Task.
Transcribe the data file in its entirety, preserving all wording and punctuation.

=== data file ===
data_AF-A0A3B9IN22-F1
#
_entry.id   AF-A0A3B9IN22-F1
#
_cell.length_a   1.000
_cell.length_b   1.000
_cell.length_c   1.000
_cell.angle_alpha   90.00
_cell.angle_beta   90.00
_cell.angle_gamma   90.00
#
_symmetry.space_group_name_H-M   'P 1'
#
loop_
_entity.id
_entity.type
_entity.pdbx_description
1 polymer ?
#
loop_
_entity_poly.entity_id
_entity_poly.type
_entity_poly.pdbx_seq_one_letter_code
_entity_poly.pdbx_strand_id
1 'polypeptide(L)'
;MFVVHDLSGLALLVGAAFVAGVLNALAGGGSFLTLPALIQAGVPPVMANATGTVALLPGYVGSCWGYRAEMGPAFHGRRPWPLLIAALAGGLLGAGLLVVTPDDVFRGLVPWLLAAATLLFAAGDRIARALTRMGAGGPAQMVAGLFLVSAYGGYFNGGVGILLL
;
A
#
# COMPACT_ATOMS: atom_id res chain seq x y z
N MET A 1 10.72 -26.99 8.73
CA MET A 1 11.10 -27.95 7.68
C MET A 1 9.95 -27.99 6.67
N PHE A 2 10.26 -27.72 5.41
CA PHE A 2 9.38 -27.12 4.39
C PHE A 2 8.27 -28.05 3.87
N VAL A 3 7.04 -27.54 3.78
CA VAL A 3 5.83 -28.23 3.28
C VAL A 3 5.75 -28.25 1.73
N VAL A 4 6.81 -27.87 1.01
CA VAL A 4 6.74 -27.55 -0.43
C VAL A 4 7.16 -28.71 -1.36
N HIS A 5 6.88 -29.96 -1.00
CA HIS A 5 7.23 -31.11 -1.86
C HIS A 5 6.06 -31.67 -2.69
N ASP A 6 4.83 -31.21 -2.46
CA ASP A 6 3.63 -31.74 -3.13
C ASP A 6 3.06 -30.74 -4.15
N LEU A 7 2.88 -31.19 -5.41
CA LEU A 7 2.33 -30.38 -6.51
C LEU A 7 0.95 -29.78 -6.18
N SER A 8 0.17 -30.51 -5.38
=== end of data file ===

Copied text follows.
data_AF-A0A3B9IN22-F1
#
_entry.id   AF-A0A3B9IN22-F1
#
_cell.length_a   1.000
_cell.length_b   1.000
_cell.length_c   1.000
_cell.angle_alpha   90.00
_cell.angle_beta   90.00
_cell.angle_gamma   90.00
#
_symmetry.space_group_name_H-M   'P 1'
#
loop_
_entity.id
_entity.type
_entity.pdbx_description
1 polymer ?
#
loop_
_entity_poly.entity_id
_entity_poly.type
_entity_poly.pdbx_seq_one_letter_code
_entity_poly.pdbx_strand_id
1 'polypeptide(L)'
;MFVVHDLSGLALLVGAAFVAGVLNALAGGGSFLTLPALIQAGVPPVMANATGTVALLPGYVGSCWGYRAEMGPAFHGRRPWPLLIAALAGGLLGAGLLVVTPDDVFRGLVPWLLAAATLLFAAGDRIARALTRMGAGGPAQMVAGLFLVSAYGGYFNGGVGILLL
;
A
#
# COMPACT_ATOMS: atom_id res chain seq x y z
N MET A 1 10.72 -26.99 8.73
CA MET A 1 11.10 -27.95 7.68
C MET A 1 9.95 -27.99 6.67
N PHE A 2 10.26 -27.72 5.41
CA PHE A 2 9.38 -27.12 4.39
C PHE A 2 8.27 -28.05 3.87
N VAL A 3 7.04 -27.54 3.78
CA VAL A 3 5.83 -28.23 3.28
C VAL A 3 5.75 -28.25 1.73
N VAL A 4 6.81 -27.87 1.01
CA VAL A 4 6.74 -27.55 -0.43
C VAL A 4 7.16 -28.71 -1.36
N HIS A 5 6.88 -29.96 -1.00
CA HIS A 5 7.23 -31.11 -1.86
C HIS A 5 6.06 -31.67 -2.69
N ASP A 6 4.83 -31.21 -2.46
CA ASP A 6 3.63 -31.74 -3.13
C ASP A 6 3.06 -30.74 -4.15
N LEU A 7 2.88 -31.19 -5.41
CA LEU A 7 2.33 -30.38 -6.51
C LEU A 7 0.95 -29.78 -6.18
N SER A 8 0.17 -30.51 -5.38